Social media is a highly effective client retention and prospecting tool.
“Who cares that I ate a bagel for breakfast?”
Believe it or not, this is a common question I hear from people reluctant to believe social media has real business value. And of course, most people don’t care what you ate for breakfast, and posting about your meals isn’t a marketing strategy. But when used the right way, social media is a highly effective client retention and prospecting tool.
Before you embark on any marketing campaign, you need the foundation of a solid value proposition and mission statement. Defining what you’re all about and how you differentiate your practice will keep you on target with your messaging.
Who are you trying to reach with your content? What concerns keep them up at night, and how can you be helpful through the content you share? Understanding your audience enables you to develop a social strategy to attract their attention and give them a reason to follow you, look forward to your content, and share it with their own network.
If a tweet falls in the forest, and there’s no one around to hear it…does it make a sound? Clearly, your communications need an audience to be effective, so make an effort to grow a following. Here are a few ideas:
It’s important to set realistic expectations when it comes to your social media activity. Similar to joining a networking group, just walking in the door doesn’t guarantee a flood of new clients. It takes time to nurture your online relationships.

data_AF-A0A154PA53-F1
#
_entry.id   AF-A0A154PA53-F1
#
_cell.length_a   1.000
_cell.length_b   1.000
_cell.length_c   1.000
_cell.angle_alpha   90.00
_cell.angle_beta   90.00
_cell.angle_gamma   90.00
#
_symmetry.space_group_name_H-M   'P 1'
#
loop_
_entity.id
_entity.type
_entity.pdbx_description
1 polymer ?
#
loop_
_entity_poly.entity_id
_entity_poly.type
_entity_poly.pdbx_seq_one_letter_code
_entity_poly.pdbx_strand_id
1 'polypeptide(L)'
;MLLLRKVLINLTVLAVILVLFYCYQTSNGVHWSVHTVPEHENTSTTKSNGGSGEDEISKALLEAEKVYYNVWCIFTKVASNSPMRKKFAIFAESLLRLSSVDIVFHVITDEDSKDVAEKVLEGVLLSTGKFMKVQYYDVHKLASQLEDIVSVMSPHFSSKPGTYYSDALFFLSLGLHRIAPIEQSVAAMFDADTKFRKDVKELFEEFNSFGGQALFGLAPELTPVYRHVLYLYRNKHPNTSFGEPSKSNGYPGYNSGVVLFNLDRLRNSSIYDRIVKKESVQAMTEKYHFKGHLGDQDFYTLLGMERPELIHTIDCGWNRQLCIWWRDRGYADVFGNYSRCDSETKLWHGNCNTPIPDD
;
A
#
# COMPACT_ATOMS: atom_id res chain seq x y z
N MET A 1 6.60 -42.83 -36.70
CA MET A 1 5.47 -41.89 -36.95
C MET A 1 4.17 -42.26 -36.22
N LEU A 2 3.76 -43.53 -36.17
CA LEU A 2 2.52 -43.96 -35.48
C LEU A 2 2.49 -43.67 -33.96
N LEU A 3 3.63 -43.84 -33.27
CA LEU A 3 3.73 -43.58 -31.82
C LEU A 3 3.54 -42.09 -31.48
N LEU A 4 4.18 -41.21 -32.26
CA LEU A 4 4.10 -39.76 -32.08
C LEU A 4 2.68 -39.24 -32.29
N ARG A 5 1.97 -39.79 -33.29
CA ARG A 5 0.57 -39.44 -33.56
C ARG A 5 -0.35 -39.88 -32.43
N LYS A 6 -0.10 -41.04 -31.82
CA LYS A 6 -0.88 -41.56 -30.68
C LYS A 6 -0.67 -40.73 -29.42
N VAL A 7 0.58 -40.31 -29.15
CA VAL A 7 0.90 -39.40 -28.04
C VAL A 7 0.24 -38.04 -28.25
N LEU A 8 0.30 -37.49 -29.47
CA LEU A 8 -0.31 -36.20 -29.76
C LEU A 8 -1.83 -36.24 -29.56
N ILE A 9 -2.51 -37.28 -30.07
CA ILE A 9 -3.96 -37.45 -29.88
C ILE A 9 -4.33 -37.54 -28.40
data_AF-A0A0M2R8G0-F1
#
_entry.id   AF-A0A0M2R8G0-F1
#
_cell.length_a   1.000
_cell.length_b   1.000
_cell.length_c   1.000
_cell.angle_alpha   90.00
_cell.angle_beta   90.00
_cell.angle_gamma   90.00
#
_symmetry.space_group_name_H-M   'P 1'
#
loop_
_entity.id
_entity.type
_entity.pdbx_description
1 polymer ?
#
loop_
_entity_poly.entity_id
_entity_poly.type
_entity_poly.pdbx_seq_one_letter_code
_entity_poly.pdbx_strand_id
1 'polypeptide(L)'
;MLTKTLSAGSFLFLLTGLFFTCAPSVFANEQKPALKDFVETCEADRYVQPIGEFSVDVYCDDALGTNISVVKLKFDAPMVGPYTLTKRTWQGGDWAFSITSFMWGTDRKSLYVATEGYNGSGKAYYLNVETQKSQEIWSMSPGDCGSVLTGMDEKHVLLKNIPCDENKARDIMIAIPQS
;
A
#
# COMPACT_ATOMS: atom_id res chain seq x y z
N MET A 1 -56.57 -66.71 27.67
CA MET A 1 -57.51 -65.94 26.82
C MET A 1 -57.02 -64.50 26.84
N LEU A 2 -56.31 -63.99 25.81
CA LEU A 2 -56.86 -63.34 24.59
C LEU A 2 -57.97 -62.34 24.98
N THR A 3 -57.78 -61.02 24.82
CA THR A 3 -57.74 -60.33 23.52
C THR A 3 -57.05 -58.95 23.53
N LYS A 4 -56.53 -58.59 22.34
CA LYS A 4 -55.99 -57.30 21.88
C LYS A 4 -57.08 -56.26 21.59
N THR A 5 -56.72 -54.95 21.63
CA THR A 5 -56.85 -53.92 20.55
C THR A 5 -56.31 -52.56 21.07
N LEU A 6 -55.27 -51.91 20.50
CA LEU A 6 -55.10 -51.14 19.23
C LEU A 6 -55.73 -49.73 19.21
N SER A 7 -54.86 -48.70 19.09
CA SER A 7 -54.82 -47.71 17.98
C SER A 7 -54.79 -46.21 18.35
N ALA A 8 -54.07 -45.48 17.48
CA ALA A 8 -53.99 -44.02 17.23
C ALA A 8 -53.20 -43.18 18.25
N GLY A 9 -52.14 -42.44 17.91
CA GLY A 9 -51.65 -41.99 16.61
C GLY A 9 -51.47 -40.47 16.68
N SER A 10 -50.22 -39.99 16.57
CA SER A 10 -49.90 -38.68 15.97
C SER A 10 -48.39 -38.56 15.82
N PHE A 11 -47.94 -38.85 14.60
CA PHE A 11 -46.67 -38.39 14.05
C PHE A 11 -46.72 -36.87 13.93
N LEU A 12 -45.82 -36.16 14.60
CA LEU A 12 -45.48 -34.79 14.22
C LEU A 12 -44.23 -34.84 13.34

Consider the overall value of your social media presence, and set realistic goals. In the beginning, your initial goal might be simply to grow your audience, which is the first step in deepening client relationships and reaching new prospects with your social presence.
A “set it and forget it” strategy is not effective. Just like you wouldn’t send a robot to a cocktail party to speak on your behalf, you shouldn’t take an automated approach to participation on social media. Post content regularly, and respond to other people’s posts and comments.
Be sure to monitor your activity and track results. Refine your content based on this data as needed. Here are some recommended metrics:
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You should consult your compliance department for information about the rules and use of social media.
Sarah provides custom marketing and social media consultations for LPL Financial advisors and investment programs. In this role, she consults with and supports clients in effectively marketing their business in today's increasingly competitive environment. View full bio.